The Dalmatian tortoise (Testudo hermanni hercegovinensis). The Dalmatian tortoise has been considered to be sort of a middle ground between the eastern and western Hermann’s tortoise. It’s morphology and colors overall resemble the eastern more so while its markings point more towards the western. Testudo hermanni hercegovinensis bears a unique plastron. Black stripes running along the plastron’s midline resemble that of the western Hermann’s tortoise but are not nearly as conspicuous or solid. The suture of the humeral scutes meeting the pectorals is commonly shaped like a “U”. Perhaps the most distinguishing trait associated with the Dalmatian tortoise is the lack of inguinal scutes on one or both sides where the carapace joins the plastron at the bridge. In more than 60% of individuals studied in the wild by Wolfgang Wegehaupt, these inguinal scutes were lacking entirely. When present, they are often smaller and wider than the larger, longer ones seen on both the western and eastern subspecies. The head and snout of the Dalmatian tortoise are definitely a trait worth relying on for differentiation. The snout is rounded or blunt and overall the head is rather pudgy. It is not sleek and narrow like T. h. hermanni and it is also not robust and bulky like that of T. h. boettgeri.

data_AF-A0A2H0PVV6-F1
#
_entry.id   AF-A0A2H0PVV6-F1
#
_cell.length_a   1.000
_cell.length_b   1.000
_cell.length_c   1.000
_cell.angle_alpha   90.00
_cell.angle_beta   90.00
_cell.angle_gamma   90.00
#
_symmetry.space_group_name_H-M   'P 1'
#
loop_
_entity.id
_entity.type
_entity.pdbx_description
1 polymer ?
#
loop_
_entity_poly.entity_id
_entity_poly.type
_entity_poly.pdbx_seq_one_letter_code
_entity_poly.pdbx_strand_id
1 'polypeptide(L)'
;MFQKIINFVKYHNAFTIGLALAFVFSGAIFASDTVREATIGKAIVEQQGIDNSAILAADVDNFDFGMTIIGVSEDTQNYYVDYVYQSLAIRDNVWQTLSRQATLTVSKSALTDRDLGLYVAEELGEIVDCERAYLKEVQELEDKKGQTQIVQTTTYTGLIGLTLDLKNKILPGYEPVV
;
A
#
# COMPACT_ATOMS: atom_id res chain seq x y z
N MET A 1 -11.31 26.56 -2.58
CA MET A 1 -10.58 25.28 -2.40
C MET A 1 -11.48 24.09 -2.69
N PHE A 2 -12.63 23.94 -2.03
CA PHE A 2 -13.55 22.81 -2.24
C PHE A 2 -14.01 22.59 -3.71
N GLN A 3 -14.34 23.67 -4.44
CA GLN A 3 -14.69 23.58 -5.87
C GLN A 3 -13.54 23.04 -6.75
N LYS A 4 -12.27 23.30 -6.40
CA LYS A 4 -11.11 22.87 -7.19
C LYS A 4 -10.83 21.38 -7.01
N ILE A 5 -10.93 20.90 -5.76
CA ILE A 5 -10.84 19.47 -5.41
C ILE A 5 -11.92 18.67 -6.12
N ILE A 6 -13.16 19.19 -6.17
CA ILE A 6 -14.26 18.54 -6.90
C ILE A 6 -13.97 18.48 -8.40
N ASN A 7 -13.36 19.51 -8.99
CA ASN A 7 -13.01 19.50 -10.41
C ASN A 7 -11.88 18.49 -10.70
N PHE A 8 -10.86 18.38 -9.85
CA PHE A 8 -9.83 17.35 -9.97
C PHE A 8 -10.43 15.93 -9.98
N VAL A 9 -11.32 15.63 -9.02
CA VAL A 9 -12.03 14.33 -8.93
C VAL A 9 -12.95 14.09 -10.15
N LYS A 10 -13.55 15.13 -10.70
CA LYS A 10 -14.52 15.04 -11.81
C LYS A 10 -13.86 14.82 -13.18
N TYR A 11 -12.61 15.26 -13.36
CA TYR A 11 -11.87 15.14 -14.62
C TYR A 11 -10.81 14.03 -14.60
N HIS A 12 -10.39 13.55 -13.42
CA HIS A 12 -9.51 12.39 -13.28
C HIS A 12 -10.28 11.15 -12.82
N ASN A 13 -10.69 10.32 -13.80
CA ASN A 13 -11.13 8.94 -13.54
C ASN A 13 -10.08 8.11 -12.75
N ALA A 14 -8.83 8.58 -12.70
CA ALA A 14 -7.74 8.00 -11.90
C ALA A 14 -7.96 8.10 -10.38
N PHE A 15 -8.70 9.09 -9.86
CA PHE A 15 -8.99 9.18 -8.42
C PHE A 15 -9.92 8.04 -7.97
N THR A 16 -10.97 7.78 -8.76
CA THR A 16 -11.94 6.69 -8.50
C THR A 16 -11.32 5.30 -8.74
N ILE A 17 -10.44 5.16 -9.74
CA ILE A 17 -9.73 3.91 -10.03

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To learn more about this species please visit Hermanni Haven’s Dalmatian page